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Sixty more UNICEF staff to complete C4D training through Ohio University

Apr 16, 2013

Sixty UNICEF staff in Athens jump for a unique group shot during the communication and development training at Ohio University. / Photos by Camilo Perez

Sixty more UNICEF staff to complete C4D training through Ohio University

New grant awarded to Communication and Development Studies

By Kerry Tuttle

ATHENS, Ohio (April 16, 2013)—Ohio University’s Scripps College of Communication and the Center for International Studies have been awarded a United Nations Children’s Fund (UNICEF) grant in the amount of $266,286 to continue to train UNICEF staff in communication for development (C4D).   Earlier this month, 60 UNICEF staff members began work on the first online module about values and principles.

The new contract follows a 2010 award of $950,000 for curriculum development and three yearly courses. Since 2011, the project team has trained more than 150 staff members from more than 60 countries as a part of a six-month blended-learning course on communication-based improvement projects.

Ohio University’s Communication and Development Studies program (CommDev), which celebrated its 25th anniversary in 2012, is one of only a handful of programs in the world to focus on the role of communication in development and social change.  The UNICEF project is one of several that has expanded its role outside the university to provide capacity building and training for development organizations.  

“Most of the UNICEF staff we’re training are not communication specialists,” said course co-director Dr. David Mould, professor emeritus in the School of Media Arts and Studies. “They’re trying to figure out how to reduce child mortality, improve water quality and sanitation, provide better schools, or advocate for laws that protect the right of children and families. They need to learn how to use the theories, research methods and tools of communication—from community meetings to mass media—to achieve these goals.” 

The course is accessed through the Internet and consists of three online modules, a two-week workshop and an online follow-up during which participants consult with the team  on projects they’re undertaking. Participants share experiences and perspectives as well as discuss issues about communication and development with one another on an online networking site.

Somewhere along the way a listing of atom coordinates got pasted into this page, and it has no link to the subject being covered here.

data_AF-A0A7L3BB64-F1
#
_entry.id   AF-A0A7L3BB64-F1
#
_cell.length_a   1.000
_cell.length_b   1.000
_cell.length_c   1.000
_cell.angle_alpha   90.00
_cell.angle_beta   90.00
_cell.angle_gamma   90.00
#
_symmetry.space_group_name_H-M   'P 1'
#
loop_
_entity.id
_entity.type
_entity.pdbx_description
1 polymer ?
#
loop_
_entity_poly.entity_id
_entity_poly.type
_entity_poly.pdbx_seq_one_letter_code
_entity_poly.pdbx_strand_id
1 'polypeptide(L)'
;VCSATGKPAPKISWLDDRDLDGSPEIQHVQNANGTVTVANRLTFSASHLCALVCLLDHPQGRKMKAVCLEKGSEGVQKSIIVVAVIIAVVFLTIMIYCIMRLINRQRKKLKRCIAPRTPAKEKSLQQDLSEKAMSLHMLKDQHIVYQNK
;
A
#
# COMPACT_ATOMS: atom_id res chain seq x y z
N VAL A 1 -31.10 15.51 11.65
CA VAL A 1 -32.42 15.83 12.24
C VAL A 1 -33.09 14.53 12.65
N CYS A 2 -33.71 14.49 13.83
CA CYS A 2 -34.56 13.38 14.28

In the past, the two-week workshops were held in Athens, Ohio. This year the School of Public Health at the University of the Witwatersrand in Johannesburg will host the workshop.  Course co-directors Mould and Dr. Karen Greiner, visiting assistant professor in the School of Media Arts and Studies, will be traveling to South Africa to help facilitate the workshop.

Most UNICEF staff members work in developing countries where child survival is being threatened, with some staff based in countries that are also facing conflict and humanitarian crises, such as South Sudan, Somalia, Syria and the Democratic Republic of Congo. Their work may take them into the field for days or weeks at a time. Erratic electricity supply and slow Internet access are not the only challenges they face in trying to keep up with the coursework. 

“When someone tells us ‘My country is on the brink of civil war,’ we’re going to accept a late assignment,” said Greiner. Participants learn about ethics, human rights based approaches to communication, theories of communication for social change, and research methods. When the workshop was held in Athens, participants used this background in group projects to create communication strategies for Appalachian Ohio NGOs. The Voinovich School of Leadership and Public Affairs was a key partner in identifying and liaising with organizations.

“Members of this program get to bridge theory and practice,” said Greiner. “Most people are doing excellent work in their field and you make great relationships. There is an additional benefit for faculty in learning from them [UNICEF staff]. We try to create opportunities for them to share.”

To learn more about the course and heal participants from the 2012 workshop talk about their experiences working in Appalachian Ohio, go to: